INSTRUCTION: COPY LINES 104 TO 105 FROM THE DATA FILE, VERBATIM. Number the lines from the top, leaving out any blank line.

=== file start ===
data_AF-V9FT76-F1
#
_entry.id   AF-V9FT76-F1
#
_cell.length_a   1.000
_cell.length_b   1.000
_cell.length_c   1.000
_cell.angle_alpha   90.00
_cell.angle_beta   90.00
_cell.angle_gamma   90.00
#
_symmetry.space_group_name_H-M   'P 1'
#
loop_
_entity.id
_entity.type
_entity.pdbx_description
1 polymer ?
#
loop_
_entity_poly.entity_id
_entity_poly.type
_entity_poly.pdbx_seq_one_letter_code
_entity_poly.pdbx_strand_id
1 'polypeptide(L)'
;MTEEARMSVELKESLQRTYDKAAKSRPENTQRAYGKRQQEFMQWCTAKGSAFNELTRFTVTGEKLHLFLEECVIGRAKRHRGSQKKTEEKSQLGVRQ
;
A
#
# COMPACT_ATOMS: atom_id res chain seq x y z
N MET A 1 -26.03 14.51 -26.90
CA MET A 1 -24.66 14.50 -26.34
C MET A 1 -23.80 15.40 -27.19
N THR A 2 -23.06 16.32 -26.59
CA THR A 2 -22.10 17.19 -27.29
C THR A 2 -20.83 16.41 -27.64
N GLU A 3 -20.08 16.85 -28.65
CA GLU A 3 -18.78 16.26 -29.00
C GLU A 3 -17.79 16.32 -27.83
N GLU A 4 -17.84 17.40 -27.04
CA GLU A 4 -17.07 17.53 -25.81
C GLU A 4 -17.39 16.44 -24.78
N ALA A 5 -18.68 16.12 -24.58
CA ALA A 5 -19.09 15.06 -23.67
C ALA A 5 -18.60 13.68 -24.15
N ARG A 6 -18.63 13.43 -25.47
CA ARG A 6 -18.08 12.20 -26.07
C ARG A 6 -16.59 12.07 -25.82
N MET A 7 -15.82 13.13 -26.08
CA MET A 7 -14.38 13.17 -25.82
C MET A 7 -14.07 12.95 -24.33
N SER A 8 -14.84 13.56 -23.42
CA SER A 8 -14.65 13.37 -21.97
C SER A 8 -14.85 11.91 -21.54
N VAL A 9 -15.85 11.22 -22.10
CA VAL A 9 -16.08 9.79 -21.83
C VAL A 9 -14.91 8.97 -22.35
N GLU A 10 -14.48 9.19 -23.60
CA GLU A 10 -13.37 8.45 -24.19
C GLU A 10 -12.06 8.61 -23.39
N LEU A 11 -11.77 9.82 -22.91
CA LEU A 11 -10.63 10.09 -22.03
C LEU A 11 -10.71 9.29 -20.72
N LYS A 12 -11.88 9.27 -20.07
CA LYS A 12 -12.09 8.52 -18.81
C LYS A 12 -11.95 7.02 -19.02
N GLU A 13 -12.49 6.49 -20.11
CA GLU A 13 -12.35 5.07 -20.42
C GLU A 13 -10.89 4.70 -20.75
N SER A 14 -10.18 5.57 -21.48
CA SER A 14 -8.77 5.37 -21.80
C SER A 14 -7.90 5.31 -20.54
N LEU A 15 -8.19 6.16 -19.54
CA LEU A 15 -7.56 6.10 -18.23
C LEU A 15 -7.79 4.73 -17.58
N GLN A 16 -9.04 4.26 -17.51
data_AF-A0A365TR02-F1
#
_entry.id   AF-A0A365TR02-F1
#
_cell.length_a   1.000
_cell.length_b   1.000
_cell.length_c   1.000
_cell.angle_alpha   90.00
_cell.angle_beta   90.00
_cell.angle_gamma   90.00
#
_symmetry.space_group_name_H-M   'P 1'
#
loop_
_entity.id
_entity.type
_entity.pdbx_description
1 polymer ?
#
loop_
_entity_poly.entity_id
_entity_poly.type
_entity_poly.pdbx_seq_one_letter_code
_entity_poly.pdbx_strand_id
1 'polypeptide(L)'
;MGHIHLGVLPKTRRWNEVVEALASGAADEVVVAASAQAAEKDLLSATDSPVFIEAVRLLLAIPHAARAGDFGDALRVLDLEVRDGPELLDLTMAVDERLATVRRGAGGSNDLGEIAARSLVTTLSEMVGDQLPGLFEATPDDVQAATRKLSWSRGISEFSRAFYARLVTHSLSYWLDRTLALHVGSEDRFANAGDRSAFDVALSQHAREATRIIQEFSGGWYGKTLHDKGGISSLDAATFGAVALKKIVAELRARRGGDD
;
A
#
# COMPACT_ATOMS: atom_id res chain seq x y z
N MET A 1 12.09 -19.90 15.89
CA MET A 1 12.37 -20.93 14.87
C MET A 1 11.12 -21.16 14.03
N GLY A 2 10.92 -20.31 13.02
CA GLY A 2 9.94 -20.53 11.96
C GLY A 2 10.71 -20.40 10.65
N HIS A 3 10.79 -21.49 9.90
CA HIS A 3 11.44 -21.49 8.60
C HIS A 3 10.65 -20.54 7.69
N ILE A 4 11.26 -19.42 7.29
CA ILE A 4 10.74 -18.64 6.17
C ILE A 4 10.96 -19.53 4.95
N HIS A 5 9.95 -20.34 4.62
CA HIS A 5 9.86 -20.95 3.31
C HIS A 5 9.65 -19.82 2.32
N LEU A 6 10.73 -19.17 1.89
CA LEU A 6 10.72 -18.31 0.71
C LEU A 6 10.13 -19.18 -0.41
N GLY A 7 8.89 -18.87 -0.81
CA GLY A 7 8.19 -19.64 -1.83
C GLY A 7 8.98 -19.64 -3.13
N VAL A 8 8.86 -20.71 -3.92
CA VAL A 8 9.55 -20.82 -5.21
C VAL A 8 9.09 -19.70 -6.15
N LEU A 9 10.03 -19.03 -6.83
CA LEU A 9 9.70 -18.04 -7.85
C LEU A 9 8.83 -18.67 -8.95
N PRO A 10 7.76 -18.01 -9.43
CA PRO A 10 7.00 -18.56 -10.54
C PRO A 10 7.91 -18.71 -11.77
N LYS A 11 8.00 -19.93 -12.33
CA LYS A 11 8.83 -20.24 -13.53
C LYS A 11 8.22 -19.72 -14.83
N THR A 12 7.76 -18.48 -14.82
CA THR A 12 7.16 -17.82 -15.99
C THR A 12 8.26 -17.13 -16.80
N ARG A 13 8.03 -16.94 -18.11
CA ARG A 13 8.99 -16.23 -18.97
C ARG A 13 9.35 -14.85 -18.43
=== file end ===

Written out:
A
#